Is the quality of energy supply crucial to the effects of Parkinsons and related heart failure.?

Colin Chambersactivity, injury Leave a Comment

Following on from the finding that the ability of your brain to harness energy could explain age related mental decline? there is similar evidence that problems with energy provision could be a factor in  Parkinson’s disease and heart failure.

Researchers at Washington University School of Medicine in St. Louis investigating mouse and fruit fly hearts, found that

a protein known as mitofusin 2 (Mfn2) is the long-sought missing link in the chain of events that control mitochondrial quality.

I’m most interested in their explanation of the effects of poor mitochondrial quality

Heart muscle cells and neurons in the brain have huge numbers of mitochondria that must be tightly monitored. If bad mitochondria are allowed to build up, not only do they stop making fuel, they begin consuming it and produce molecules that damage the cell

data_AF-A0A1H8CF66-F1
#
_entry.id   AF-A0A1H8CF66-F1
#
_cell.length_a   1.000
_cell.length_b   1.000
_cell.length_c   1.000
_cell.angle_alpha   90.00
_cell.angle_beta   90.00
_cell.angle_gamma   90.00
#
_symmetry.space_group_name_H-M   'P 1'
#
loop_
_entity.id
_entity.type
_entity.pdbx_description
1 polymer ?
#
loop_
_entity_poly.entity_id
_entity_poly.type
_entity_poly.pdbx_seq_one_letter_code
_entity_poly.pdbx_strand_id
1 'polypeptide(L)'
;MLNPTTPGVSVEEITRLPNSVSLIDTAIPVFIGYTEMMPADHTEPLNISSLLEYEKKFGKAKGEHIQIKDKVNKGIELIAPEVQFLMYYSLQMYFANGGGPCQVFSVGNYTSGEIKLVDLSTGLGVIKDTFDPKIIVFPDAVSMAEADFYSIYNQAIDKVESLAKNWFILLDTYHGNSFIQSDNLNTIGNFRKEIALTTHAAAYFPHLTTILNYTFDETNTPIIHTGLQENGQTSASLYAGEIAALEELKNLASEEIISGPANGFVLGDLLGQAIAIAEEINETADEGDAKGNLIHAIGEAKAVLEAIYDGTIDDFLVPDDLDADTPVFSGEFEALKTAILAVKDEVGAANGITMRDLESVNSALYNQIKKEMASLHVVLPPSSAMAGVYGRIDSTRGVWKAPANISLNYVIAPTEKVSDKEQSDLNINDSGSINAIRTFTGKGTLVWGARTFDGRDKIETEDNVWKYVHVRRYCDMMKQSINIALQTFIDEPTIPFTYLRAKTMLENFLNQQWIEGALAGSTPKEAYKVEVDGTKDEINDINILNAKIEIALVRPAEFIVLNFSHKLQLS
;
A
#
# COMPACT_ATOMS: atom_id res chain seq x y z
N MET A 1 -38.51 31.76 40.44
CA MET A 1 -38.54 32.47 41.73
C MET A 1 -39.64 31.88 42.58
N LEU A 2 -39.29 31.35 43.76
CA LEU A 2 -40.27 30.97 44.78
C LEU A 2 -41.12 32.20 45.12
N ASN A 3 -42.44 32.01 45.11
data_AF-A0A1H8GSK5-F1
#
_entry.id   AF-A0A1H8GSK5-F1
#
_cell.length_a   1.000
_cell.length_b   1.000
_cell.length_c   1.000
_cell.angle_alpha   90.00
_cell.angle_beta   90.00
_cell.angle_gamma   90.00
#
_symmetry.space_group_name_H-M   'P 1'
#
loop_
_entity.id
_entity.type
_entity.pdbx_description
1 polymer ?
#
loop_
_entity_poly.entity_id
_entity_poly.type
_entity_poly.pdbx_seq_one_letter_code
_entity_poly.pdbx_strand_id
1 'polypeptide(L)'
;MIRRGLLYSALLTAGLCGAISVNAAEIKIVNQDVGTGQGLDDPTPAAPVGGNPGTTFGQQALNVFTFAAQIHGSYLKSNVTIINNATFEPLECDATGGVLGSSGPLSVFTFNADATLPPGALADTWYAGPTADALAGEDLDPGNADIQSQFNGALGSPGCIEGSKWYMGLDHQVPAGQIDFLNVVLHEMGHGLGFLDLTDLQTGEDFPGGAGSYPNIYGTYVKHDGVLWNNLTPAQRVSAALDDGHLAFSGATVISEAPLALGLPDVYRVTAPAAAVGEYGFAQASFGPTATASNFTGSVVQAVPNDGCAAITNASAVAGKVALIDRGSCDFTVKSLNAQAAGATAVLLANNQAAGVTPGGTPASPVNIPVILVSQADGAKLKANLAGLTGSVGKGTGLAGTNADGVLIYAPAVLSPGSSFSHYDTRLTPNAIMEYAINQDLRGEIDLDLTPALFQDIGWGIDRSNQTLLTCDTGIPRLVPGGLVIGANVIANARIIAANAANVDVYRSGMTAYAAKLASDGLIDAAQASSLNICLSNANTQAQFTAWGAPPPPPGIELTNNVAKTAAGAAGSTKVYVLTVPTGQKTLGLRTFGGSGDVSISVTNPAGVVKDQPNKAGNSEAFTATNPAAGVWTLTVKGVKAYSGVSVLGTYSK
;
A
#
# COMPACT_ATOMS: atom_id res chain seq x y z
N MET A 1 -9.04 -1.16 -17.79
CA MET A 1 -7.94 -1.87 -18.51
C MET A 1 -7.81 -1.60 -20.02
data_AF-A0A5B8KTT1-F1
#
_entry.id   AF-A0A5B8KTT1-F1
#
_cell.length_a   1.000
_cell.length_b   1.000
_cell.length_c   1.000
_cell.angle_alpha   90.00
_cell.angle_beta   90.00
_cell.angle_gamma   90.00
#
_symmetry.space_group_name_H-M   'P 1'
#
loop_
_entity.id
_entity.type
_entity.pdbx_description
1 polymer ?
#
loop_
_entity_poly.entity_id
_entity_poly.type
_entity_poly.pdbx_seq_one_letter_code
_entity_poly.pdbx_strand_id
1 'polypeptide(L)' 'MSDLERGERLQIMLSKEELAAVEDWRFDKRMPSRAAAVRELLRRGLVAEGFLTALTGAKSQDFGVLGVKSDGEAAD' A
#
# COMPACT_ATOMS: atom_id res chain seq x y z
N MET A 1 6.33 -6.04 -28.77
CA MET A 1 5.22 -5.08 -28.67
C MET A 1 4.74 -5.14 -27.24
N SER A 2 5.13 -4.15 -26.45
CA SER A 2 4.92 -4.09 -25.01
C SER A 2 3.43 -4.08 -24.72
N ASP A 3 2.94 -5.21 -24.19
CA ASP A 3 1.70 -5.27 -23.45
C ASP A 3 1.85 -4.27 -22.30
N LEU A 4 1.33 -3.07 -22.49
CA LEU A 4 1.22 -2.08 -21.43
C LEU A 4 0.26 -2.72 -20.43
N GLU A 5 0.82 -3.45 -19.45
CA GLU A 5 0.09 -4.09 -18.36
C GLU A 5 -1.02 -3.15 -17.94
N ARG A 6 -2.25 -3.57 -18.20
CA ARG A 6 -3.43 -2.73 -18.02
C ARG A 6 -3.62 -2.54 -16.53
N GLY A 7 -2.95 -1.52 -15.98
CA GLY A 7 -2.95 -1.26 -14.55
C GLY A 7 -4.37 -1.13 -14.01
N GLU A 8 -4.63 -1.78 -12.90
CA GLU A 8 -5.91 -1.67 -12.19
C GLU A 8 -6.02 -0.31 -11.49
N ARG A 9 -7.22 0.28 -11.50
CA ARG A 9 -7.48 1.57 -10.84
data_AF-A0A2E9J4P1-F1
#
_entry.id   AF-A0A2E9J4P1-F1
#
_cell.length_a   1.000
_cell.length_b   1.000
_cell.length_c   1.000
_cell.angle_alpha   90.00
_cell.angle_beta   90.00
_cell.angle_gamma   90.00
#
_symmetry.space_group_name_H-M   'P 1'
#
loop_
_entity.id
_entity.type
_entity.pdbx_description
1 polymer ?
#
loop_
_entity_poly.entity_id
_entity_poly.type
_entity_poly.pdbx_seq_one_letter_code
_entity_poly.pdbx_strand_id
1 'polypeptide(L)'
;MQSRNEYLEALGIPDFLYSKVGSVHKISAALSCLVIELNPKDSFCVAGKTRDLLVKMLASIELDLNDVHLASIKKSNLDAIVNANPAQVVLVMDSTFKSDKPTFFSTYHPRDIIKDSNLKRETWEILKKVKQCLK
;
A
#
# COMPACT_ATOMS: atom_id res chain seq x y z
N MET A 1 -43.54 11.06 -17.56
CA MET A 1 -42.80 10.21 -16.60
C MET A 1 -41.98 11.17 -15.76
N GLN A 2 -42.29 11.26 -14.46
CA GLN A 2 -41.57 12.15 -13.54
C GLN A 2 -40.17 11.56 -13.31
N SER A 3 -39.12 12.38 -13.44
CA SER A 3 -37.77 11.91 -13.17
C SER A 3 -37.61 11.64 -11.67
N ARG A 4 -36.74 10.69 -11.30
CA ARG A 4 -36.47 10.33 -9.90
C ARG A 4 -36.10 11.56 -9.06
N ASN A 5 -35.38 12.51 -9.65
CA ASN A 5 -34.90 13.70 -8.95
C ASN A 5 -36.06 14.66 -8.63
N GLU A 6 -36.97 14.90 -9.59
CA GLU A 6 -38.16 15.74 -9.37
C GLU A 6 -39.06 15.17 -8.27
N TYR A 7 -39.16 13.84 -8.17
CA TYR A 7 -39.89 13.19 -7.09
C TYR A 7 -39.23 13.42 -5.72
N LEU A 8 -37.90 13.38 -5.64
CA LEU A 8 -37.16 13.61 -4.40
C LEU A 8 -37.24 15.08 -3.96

This finding implies that the effects of Parkinson are tied to problems of energy handling. The process of getting energy from one place to another fails or is disrupted. That appears to be crucial in Parkinsons and critical to heart failure.

Put in these terms I hope it makes more sense. Throughout the body our cells rely on energy to function properly and do their part in keeping us alive and healthy. So a failure in the energy cycle which is the production, transport and use of energy will inevitably cause problems.

We see the same effects at a different scale in society. When we run out of energy whether it’s petrol for your car or electricity for your house. There are always wider effects and damage to deal with. Freezers defrosting, cars not moving, engines being damaged. Why would the body be any different.?

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